The statement of John Lall author of “Aksaichin and Sino-Indian Conflict” at page 95 that , “Considering that the State’s officials abandoned Shahidulla as long ago as 1867, the Raja’s assertion that it was in their possession was a flight of fancy”, is a misrepresentation per se and a lie that needs to be refuted. First Mr. John Lall, The State of Kashmir never abandoned the Shahidulla outpost commanding the Kilian and Kathaitham areas in northern Kashmir and the Kuenlun range in 1867 as claimed by you. As late as in 1885, at a time when the Chinese were least concerned or bothered of the alien trans- Kuen Lun areas in the highlands of Kashmir , beyond their eastern Turkistan dominion “and had literally washed their hands of it”, the Government of Kashmir prepared to unify Kashmir and the Wazir of Ladakh , Pandit Radha Kishen initiated steps to restore the out post of Shahidulla, but this legitimate act had been opposed slyly by the English who even if they did not support it, even if they did not aid it, could have at the least ignored the endeavour as none of their business to decide for the Kashmiris where the northern border of their state, was! And desisted from objecting to the endeavour. So Mr. John Lall, you are required to refrain from lying and making misrepresentation to suit your perverted mindset and whims and fancies. Facts are facts and nothing can change them. Neither you, nor any one of your lot!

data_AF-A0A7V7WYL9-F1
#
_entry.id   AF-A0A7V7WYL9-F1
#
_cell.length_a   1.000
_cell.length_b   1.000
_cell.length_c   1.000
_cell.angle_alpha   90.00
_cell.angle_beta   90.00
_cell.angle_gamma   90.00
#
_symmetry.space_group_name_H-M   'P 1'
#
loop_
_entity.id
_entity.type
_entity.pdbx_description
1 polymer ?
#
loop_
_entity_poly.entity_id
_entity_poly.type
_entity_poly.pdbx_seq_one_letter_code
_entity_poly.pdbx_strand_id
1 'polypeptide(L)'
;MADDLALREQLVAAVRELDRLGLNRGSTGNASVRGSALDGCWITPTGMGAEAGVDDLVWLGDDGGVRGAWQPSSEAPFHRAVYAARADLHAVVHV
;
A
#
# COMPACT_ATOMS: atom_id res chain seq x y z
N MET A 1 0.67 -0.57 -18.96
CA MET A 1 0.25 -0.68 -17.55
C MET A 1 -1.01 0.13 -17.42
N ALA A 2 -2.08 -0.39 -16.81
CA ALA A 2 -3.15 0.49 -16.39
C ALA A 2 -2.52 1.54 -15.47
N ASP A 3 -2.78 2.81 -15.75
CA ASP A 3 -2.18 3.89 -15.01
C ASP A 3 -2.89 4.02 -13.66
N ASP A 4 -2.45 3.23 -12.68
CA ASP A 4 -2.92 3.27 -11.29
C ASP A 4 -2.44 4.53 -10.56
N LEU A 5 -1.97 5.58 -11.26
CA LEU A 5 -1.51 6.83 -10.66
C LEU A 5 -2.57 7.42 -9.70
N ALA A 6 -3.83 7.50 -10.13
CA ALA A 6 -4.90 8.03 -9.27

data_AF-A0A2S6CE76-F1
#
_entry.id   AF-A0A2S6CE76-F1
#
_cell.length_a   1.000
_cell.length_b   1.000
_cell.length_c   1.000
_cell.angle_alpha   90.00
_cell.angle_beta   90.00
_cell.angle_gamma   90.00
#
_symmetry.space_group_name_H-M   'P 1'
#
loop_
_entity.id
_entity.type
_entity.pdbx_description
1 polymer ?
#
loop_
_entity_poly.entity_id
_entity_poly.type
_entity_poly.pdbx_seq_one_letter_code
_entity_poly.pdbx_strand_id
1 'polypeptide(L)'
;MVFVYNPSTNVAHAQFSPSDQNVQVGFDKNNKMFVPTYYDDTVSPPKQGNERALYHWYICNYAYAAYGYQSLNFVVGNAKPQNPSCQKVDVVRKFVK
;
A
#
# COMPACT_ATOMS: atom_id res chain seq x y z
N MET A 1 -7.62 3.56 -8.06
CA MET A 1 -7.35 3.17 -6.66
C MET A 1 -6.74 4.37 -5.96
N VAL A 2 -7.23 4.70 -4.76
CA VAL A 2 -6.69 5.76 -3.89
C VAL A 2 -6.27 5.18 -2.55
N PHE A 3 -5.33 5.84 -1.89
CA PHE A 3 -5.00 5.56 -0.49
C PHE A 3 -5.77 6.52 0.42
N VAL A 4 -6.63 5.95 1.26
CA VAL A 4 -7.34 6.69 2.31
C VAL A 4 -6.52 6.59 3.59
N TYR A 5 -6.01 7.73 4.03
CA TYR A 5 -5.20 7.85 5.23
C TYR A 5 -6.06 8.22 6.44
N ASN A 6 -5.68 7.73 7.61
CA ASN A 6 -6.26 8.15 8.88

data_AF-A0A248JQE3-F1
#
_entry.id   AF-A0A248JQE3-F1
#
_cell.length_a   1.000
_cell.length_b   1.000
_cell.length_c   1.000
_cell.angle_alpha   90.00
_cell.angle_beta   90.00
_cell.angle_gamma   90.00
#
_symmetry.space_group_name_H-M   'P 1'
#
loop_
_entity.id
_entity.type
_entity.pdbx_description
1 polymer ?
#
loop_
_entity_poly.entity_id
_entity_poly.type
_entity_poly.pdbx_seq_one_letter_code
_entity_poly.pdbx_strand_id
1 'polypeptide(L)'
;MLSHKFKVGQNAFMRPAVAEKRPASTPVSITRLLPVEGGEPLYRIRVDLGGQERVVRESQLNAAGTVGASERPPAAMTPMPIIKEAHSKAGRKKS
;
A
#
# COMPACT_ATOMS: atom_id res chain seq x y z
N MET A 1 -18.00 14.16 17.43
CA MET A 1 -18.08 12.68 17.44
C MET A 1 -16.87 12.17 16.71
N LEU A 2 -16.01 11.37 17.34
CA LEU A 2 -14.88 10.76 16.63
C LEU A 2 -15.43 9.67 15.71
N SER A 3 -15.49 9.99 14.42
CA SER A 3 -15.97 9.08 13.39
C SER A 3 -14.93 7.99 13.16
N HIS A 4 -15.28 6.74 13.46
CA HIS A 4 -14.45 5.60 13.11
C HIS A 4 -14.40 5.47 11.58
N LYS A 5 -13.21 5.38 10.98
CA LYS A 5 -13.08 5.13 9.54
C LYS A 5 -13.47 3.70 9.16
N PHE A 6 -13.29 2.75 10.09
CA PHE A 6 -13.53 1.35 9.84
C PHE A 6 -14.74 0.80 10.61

“What”, if one asks the Hypothetical question, “if the English government had not opposed the endeavour of the Government of Kashmir to reunify Kashmir?” The English, if they did not support it, even if they did not aid it, could have at the least ignored the endeavour as none of their business to decide for the Kashmiris where the northern border of their state, was! And desisted from objecting to the endeavour. The practical authority of the Chinese, as Ney Elias and Younghusband consistently maintained, had never extended south of their outposts at Sanju and Kilian along the northern foothills of the Kuenlun range. At that time, when the Chinese were least concerned or bothered of the alien trans- Kuen Lun areas (trans- Kuen Lun from the East Turkistani side and cis- Kuen Lun from the Kashmiri side) in the highlands of Kashmir , beyond their restive eastern Turkistan dominion “and had literally washed their hands of it”, the Kashmir would have easily reunified Kashmir vis-à-vis the outpost in the Shahidulla area in Kashmir and the natural and historic border of Kashmir on the Kuen Lun range and beyond at Kilian, Kathai Tam and Sanju areas in Kashmir. Once the Government of Kashmir consolidated the unification which was the easiest thing given the absence of imperialist adversaries, the Chinese would never ever have even considered or harboured the very idea or notion of controlling an area beyond the natural frontiers of their restive dominion along northern foothills of the Kuen Lun range as stated by Ney Elias , “they told me that they considered their line of ‘chatze’, or posts, as their frontier – viz. , Kugiar, Kilian, Sanju, Kiria, etc.- and that they had no concern with what lay beyond the mountains”. The subsequent incident of planting an alleged border pillar by the Chinese deep inside the territory of Kashmir would never have occurred. The Chinese were given a carte blanche and an invitation to trespass into Kashmir by the act of the English in opposing the unification of Kashmir and conspiring with the Chinese, and once they got a foothold in Kashmir their imperialist designs were facilitated manifold giving result to all the present plethora of border troubles and further facilitating the hostile anti-Indian cartographers like the notorious hostile Times Atlas in their endeavour to go berserk in their experiments to draw various anti-Indian maps! According to the Schwartzberg Atlas, A historical atlas of South Asia, The Times Atlas had previously  published a map which depicted the Hindutash pass in Ladakh as part of Kashmir in its 1900 edition. And the whole of the Sub-continent of India is suffering today due to the wanton mischief indulged by the English then. This is a wake up call for the People of India and Paksitan and the rest of the sub-continent of India. The English may purportedly support one side against the other, but are they really supporting a side? They are just playing off one side against the other and indulging to attain their nefarious designs. We south Asians should be weary of them and see through their nefarious designs and treat it with the contempt it deserves. At the end of the day, reunification of India is the only solution.